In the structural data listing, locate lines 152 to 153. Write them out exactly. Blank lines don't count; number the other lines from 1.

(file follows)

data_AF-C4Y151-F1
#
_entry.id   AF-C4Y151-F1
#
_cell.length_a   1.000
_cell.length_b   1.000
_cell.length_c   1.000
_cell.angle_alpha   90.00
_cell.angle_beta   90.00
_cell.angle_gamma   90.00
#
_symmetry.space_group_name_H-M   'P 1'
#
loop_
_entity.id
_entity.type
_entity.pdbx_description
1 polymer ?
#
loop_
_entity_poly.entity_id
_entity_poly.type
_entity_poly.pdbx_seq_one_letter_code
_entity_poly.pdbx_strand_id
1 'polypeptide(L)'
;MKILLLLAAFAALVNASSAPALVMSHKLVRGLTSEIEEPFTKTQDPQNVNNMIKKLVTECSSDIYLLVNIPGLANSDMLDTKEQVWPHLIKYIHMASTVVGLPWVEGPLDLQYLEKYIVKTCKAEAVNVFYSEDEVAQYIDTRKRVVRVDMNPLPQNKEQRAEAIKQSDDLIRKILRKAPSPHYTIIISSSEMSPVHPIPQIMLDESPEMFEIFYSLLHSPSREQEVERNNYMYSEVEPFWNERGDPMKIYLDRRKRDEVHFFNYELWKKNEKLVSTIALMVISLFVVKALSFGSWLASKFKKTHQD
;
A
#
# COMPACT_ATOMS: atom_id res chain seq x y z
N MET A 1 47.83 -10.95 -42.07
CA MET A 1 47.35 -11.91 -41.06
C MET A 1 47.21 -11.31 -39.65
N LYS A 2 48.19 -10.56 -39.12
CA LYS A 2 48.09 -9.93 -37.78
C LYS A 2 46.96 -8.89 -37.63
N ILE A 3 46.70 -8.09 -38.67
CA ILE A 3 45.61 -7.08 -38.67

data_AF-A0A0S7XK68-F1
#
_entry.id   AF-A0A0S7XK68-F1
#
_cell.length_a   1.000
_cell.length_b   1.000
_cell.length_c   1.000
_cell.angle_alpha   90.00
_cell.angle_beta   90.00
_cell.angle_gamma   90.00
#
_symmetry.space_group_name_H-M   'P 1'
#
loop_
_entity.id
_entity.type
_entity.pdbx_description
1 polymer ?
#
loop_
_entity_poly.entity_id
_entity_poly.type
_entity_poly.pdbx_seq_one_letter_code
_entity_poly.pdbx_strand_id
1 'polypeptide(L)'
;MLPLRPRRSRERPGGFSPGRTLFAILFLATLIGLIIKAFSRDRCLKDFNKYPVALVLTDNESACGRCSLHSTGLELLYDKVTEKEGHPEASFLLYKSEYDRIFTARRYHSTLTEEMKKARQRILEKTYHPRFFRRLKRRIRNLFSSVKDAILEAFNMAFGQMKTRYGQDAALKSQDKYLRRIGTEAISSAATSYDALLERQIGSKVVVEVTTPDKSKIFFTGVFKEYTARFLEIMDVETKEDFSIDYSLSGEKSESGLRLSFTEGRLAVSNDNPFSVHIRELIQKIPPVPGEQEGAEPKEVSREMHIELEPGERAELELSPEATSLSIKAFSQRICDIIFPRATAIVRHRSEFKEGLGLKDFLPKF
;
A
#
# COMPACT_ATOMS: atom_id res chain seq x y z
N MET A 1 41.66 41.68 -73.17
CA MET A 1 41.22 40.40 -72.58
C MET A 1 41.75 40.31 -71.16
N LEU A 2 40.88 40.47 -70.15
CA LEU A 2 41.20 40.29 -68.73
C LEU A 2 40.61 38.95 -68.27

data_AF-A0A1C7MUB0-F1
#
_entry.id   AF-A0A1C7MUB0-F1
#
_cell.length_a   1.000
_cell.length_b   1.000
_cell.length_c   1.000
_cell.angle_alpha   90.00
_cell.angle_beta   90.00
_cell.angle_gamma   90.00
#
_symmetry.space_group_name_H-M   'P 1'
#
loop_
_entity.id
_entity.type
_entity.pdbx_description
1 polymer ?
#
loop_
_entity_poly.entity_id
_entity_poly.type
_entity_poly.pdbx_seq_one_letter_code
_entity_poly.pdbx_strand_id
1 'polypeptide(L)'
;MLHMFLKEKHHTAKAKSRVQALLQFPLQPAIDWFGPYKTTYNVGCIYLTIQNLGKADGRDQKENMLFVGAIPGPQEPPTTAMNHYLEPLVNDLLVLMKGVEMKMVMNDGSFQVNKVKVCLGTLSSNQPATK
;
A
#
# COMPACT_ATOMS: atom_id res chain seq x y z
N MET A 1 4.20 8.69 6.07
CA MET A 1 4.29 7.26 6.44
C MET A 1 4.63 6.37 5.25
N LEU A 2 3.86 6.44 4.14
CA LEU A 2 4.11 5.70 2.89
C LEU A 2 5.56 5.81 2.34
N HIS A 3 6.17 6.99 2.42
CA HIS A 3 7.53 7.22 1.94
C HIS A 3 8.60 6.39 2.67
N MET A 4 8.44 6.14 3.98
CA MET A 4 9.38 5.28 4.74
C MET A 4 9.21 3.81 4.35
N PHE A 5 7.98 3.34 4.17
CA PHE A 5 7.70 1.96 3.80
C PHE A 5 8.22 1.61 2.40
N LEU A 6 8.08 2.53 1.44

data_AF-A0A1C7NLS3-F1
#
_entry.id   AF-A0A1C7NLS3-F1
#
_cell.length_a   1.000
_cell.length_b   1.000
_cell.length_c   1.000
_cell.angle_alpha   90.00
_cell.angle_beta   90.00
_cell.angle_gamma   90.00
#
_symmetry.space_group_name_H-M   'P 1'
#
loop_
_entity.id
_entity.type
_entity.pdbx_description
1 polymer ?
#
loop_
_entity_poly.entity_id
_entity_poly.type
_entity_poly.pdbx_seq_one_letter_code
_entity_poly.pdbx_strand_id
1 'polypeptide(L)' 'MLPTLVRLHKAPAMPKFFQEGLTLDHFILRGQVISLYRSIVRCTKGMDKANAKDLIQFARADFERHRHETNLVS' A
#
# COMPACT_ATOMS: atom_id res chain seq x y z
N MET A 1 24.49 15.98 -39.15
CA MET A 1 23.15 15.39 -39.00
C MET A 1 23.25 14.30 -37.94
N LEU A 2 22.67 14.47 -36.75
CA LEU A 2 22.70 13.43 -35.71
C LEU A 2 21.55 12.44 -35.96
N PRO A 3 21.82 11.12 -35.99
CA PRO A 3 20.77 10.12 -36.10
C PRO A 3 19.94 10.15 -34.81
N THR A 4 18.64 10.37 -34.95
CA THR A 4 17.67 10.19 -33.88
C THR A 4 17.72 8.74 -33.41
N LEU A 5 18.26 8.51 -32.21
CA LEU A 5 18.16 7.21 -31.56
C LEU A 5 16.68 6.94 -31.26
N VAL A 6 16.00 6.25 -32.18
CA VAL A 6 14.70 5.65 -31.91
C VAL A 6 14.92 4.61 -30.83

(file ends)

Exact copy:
CA LEU A 2 22.70 13.43 -35.71
C LEU A 2 21.55 12.44 -35.96